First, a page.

About a month or so ago, Ruckus and I had a fight. I was of the opinion it was time for her to go back in her enclosure and she was equally committed to the idea that she fly around inside the screen-in porch and terrorize the rehab birds. We went through our usual “step-up/fly-off routine” with Ruckus-Girl getting more and more agitated until she flew right at, and through, the screen door. She then kept on going.
Ruckus was micro-chipped, so I had hopes that she would be found. And indeed she frolicked about, making her way up to Maryland where she found a very nice gentleman who befriended her. He figured she was someone’s pet because she would take food from him and didn’t look like the local crows. He mentioned the strange visitor to the neighbors, and finally, through the miracle of the Internet, one of them connected pied crows with me.
So, at the time it looked like the story might have a happy ending, the local crows took a dislike to Ruckus. Maybe she stayed in the same territory too long. Maybe they had fledglings and were super sensitive to intruders. Maybe she just looked too different. Maybe she started a fight she couldn’t win. At any rate, her kind benefactor found her dead in his backyard.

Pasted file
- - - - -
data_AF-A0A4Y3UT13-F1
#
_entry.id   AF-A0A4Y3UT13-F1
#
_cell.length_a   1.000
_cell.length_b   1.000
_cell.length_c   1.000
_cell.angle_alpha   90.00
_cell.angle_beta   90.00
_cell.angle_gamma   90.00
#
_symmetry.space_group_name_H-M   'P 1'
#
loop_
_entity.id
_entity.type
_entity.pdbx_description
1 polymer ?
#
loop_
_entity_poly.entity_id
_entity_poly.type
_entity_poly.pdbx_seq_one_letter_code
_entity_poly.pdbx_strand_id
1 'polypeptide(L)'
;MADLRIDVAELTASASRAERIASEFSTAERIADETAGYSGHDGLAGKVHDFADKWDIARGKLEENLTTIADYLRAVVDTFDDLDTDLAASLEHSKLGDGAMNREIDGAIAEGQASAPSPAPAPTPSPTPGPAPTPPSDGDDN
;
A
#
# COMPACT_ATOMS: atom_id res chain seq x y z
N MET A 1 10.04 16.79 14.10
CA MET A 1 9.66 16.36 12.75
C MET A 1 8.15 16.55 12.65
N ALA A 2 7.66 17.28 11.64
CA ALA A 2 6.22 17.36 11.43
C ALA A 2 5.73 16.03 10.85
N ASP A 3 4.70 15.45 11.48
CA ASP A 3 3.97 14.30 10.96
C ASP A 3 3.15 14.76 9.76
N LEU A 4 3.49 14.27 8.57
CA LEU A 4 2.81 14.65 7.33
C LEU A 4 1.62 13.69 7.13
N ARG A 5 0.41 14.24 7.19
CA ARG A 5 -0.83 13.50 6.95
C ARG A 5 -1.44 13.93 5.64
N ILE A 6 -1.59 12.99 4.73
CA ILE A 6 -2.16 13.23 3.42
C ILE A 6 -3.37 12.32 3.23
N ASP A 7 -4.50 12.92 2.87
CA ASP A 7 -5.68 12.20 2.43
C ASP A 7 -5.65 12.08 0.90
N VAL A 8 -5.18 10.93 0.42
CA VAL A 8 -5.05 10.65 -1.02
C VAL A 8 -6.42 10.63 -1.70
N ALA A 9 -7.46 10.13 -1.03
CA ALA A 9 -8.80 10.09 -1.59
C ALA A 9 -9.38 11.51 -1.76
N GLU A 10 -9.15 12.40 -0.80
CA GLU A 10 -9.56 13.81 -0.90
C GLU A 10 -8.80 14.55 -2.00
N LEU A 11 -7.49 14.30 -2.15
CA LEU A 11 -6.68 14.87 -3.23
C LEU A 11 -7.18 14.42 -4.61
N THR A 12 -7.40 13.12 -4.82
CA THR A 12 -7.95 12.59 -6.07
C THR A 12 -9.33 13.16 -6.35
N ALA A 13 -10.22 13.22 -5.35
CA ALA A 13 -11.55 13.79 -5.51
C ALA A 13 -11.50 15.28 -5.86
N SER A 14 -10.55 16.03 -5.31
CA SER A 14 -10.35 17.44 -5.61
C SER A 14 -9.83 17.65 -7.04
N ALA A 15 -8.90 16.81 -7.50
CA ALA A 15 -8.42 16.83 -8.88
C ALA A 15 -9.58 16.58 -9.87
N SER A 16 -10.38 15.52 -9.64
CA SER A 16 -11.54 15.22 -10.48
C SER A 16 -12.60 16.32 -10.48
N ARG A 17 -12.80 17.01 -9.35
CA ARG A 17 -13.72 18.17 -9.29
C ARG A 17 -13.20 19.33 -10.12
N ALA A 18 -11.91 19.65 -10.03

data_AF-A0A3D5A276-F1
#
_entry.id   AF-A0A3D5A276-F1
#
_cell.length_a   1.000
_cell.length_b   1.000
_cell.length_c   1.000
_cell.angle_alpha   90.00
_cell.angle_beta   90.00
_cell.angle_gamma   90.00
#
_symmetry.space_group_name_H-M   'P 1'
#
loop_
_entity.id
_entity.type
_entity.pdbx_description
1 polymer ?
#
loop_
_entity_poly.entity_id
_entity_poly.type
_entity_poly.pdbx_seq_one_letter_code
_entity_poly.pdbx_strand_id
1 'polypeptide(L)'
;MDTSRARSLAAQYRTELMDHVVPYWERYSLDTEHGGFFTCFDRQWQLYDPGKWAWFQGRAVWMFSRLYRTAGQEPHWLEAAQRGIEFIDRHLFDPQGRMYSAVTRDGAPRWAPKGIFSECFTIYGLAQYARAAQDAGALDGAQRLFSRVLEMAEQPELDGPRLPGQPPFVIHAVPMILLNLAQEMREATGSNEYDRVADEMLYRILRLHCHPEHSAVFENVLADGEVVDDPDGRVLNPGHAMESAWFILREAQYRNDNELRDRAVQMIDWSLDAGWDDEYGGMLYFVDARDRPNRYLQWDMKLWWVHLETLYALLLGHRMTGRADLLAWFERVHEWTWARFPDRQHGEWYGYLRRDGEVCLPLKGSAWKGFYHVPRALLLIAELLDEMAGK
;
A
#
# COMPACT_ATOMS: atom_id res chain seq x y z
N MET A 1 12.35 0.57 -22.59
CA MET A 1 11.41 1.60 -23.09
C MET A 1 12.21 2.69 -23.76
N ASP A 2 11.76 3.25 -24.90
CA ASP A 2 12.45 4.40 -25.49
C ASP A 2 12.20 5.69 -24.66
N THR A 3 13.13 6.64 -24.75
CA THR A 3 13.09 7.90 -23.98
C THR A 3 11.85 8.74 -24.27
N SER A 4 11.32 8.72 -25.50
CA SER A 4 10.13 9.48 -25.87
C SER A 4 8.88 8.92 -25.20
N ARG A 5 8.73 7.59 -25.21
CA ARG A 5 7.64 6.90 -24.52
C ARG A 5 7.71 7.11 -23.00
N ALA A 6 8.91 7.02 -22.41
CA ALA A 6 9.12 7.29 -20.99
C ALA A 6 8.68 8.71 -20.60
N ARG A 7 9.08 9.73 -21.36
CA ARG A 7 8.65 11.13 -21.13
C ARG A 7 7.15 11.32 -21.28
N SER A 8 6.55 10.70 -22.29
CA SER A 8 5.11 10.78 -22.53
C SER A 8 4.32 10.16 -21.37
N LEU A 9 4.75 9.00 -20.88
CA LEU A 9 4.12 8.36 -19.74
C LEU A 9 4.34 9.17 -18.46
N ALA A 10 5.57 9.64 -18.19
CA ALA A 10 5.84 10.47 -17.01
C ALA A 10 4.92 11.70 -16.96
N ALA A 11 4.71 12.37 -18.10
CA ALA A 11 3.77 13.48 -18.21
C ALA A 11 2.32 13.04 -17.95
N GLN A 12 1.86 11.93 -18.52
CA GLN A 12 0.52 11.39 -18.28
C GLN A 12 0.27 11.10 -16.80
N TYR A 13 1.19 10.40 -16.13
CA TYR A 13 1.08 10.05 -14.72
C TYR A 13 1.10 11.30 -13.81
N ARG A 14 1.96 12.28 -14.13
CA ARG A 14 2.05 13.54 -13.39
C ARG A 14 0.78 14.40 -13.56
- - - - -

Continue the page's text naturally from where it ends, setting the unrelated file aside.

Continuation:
Things I have learned from this.
- I will never keep a single crow again. They just cannot be happy without constant company. Crows nearby, people wandering in and out, backyard birds are not enough. They need a soulmate.
- If something can go wrong, it will.
- Raising crows is not for the faint-hearted. Between Gwen’s unhatched chicks and Ruckus’s demise, it’s been a tough summer.
- The crow gods are merciful. They have sent me 3 beautiful fledgling crows to take care of until they are ready to take on the world themselves.